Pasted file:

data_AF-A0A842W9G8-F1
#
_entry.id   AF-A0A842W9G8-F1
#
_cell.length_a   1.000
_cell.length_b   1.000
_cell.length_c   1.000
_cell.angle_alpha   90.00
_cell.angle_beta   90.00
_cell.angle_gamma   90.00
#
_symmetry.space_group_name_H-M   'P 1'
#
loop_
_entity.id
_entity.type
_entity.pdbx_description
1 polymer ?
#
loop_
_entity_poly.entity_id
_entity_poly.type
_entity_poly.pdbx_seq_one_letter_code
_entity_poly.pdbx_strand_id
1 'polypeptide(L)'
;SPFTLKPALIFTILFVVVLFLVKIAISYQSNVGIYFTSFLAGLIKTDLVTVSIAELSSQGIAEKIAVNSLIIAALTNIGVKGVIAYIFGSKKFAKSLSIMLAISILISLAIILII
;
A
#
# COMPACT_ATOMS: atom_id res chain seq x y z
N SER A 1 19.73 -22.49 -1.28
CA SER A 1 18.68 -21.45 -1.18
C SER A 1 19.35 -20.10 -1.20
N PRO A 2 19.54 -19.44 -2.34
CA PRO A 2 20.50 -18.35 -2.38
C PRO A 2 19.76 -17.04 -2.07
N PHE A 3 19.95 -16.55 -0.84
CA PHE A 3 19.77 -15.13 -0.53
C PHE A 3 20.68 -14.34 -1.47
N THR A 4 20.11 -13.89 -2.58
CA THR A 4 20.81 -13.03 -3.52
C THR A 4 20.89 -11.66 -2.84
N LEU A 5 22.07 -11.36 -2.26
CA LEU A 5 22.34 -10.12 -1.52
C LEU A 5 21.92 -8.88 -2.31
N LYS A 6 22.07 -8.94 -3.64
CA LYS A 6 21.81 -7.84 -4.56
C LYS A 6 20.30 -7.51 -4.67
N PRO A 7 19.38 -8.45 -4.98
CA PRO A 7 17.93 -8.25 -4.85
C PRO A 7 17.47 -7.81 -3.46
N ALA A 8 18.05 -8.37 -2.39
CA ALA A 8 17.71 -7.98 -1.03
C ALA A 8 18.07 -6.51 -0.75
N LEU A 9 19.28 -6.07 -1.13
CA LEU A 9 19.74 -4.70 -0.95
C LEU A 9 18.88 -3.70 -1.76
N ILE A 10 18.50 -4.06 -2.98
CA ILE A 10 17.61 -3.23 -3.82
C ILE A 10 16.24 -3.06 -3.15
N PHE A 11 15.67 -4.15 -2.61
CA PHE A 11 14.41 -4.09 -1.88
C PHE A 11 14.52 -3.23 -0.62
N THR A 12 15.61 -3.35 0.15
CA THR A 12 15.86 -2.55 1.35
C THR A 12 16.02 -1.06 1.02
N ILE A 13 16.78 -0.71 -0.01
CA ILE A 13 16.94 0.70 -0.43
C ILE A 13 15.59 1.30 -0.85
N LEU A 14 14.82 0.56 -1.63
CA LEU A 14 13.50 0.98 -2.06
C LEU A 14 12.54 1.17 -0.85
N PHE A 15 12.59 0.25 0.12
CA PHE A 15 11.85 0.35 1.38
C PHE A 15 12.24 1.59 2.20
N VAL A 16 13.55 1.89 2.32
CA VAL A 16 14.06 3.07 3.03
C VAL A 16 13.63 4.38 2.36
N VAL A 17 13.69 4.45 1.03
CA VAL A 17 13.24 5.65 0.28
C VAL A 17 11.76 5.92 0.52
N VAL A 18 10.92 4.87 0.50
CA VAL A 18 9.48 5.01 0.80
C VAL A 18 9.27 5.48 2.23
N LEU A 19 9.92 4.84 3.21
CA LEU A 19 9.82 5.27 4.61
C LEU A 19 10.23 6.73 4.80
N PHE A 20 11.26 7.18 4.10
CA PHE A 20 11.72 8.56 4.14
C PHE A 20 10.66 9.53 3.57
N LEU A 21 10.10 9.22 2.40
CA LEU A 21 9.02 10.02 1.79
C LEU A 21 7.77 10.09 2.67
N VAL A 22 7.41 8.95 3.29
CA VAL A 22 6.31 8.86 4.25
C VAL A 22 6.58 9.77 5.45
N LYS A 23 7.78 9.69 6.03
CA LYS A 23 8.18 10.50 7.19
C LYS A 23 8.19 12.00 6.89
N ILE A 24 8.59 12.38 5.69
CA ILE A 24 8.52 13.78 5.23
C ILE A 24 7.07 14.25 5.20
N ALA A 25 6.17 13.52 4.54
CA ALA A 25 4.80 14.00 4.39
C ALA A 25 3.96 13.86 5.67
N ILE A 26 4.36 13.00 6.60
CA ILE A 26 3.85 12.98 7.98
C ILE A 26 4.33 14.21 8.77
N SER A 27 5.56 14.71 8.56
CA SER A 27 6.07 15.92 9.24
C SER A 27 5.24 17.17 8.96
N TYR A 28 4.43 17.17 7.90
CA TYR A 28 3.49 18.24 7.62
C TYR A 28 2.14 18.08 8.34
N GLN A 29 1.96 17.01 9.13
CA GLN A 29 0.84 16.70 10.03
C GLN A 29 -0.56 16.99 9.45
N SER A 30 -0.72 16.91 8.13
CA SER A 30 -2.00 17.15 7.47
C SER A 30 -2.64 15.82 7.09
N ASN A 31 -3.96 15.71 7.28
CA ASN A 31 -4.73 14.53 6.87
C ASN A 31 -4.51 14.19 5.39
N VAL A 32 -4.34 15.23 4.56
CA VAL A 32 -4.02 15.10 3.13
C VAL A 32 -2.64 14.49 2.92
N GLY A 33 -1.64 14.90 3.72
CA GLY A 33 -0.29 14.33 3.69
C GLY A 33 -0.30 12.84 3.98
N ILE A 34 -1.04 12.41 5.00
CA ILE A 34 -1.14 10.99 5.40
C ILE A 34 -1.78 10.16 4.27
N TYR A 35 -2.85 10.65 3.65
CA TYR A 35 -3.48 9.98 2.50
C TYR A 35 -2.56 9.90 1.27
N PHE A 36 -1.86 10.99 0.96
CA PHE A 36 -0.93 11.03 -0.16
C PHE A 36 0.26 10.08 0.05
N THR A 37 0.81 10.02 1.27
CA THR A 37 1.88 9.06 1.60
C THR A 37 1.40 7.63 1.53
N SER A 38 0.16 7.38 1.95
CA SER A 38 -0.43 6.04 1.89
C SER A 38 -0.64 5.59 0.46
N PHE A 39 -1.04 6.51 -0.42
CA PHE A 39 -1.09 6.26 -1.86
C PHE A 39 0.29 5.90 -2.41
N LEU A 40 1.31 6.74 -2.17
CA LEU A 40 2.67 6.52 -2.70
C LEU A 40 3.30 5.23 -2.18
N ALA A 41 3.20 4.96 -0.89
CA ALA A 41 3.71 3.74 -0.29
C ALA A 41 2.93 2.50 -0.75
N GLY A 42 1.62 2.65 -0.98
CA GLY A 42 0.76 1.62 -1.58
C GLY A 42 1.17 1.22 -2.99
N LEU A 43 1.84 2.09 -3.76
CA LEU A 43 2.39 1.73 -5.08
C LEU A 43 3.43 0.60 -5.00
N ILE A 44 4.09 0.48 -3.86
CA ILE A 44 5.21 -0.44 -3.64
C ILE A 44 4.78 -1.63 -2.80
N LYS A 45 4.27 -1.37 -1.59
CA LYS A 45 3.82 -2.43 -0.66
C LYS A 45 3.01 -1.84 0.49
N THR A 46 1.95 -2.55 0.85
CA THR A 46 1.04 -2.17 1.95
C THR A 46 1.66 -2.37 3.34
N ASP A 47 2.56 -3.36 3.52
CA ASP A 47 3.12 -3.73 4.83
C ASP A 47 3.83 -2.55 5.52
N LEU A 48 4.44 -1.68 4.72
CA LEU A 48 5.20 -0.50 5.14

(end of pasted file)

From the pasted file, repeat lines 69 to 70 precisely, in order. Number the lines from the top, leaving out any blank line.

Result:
C ILE A 13 15.59 1.30 -0.85
N LEU A 14 14.82 0.56 -1.63